Project Update by Christopher Caruso, PE, and Elisa Comis
Tunneling has been completed on the OCIT, a 27-foot-diameter (8.3 m), 6,212-foot-long (1,893 m), one-pass combined sewer overflow (CSO) tunnel. The tunnel boring machine (TBM) holed through in downtown Akron on August 29, 2018, 315 days after its October 18, 2017, launch.
McMillen Jacobs Associates provided tunnel design services to the owner, the City of Akron, and engineering services during construction including full-time on-site representation. The OCIT project diverts CSOs from overloaded interceptors and racks throughout Akron into the 26.6 million-gallon-capacity (100.7 ML) storage tunnel via several diversion structures, five drop shafts, and four tunneled connecting sewers. The project was awarded for $184 million to Kenny-Obayashi, a joint venture, and construction began on November 1, 2015.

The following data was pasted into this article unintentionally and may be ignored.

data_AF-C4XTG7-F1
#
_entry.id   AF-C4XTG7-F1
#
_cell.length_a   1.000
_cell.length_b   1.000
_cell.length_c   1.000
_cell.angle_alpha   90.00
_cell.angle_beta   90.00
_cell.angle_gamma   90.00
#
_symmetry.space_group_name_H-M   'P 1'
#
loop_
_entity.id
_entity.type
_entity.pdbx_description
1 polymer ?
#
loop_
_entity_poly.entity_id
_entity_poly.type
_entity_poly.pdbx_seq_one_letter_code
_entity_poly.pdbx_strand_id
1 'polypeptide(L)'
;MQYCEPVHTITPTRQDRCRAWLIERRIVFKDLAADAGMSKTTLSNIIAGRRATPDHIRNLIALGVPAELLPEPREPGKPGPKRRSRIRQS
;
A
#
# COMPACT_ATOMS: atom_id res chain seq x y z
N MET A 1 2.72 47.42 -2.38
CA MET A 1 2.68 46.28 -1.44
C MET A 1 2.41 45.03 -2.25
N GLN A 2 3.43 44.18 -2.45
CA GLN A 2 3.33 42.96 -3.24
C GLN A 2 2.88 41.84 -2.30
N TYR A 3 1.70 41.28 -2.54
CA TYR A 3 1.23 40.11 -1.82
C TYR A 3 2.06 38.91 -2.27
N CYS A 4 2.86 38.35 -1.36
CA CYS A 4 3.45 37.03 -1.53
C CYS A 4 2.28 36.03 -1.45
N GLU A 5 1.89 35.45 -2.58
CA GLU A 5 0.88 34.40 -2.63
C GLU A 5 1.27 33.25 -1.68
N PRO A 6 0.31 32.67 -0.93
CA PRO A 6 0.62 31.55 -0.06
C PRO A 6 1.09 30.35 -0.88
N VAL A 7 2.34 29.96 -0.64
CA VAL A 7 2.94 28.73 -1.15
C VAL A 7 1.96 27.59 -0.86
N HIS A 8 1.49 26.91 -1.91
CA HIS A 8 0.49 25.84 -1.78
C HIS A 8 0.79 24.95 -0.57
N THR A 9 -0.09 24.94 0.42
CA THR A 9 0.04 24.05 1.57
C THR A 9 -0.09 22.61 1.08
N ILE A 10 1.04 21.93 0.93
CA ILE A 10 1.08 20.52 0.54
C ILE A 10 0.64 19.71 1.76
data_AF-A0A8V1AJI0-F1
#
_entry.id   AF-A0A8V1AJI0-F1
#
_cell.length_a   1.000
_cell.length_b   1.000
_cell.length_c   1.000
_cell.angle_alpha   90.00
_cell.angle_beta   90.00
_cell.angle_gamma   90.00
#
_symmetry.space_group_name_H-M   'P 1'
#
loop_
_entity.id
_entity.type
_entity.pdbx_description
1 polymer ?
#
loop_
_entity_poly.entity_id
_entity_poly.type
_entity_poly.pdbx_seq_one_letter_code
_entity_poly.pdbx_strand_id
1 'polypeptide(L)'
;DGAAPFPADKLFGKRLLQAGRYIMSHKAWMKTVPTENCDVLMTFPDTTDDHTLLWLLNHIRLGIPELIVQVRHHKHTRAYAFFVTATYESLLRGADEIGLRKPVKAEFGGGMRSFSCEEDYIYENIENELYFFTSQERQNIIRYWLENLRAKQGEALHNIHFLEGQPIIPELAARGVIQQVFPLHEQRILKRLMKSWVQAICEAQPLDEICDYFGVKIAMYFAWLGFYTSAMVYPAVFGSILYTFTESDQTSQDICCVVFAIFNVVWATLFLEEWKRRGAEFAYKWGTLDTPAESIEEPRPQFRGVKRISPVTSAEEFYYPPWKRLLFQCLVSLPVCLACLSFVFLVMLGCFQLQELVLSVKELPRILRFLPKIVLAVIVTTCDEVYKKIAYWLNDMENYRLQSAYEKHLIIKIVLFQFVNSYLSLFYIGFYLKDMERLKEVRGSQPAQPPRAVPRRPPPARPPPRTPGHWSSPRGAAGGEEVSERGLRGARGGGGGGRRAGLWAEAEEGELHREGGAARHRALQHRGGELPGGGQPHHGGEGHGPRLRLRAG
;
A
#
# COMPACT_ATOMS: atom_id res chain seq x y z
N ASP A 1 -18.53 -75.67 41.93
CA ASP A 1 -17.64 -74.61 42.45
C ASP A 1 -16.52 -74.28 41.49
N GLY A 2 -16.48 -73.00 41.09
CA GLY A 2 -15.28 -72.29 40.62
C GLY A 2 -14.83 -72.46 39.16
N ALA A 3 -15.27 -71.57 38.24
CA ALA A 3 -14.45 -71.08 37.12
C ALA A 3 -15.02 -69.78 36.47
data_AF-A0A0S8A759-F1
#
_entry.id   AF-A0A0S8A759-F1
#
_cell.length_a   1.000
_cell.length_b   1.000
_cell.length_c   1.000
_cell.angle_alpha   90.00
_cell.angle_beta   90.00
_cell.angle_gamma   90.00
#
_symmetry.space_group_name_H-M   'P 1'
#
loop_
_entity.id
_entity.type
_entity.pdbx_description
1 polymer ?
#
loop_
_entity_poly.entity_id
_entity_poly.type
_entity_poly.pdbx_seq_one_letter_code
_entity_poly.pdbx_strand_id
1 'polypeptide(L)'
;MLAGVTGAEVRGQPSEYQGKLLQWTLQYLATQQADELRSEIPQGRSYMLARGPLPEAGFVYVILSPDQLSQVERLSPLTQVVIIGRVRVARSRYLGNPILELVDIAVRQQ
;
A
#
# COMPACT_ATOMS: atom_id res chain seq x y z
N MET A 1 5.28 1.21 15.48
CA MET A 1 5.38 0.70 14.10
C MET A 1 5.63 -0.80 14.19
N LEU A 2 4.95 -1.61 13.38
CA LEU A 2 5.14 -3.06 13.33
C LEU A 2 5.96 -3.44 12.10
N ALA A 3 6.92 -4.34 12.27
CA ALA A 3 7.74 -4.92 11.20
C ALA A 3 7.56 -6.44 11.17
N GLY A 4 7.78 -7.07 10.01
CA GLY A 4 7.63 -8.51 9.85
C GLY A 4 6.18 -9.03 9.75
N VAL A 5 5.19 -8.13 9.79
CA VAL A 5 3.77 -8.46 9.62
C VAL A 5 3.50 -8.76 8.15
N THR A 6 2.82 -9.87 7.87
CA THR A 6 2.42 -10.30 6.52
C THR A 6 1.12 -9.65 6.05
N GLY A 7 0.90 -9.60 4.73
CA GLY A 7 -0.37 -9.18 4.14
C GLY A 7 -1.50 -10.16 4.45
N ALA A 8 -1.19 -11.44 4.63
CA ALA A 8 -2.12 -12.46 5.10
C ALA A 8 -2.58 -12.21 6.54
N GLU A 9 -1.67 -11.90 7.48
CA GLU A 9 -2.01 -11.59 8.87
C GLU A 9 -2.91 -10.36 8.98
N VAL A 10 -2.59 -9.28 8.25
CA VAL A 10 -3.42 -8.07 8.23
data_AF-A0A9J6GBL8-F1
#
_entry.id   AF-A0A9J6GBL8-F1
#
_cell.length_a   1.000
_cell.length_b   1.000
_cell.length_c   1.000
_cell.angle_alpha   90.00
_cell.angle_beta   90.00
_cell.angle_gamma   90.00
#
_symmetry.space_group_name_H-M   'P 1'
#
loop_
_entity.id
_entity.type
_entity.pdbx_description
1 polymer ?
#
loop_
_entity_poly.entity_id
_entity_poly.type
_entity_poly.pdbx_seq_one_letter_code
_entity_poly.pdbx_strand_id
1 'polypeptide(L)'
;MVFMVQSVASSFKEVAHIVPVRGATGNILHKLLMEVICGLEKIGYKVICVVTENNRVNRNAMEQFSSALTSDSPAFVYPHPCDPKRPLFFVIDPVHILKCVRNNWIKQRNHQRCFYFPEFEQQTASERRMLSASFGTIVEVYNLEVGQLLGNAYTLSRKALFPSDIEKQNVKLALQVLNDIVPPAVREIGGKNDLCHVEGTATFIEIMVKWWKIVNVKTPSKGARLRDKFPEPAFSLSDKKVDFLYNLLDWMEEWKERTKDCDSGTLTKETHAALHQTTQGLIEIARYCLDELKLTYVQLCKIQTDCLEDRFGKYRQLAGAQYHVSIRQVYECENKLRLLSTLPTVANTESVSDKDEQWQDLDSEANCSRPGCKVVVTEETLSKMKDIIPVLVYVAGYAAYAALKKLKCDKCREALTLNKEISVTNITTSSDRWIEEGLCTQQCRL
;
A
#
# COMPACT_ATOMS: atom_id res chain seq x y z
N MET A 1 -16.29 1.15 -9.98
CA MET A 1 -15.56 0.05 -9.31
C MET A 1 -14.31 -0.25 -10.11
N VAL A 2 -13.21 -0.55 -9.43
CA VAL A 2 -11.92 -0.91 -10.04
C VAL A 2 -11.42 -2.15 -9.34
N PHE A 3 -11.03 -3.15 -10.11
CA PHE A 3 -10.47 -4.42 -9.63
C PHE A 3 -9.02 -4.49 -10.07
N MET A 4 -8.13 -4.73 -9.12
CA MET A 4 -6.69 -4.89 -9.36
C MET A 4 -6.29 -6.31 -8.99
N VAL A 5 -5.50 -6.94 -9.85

The TBM launched in a full face of soil from a portal on Akron’s north side and has progressed through variable ground conditions, which include silty sands, mixed face transitional ground, and a full face of shale bedrock with varying cover as low as 10 feet (3 m) in some locations. A 30.2-foot-diameter (9.2 m) Robbins XRE Crossover machine was chosen for the tunnel excavation. In the soft ground and mixed face parts of the drive, recorded settlements were less than 0.5 inch (13 mm), and tunneling was completed beneath two city streets and two railroads with minimal impact to the public.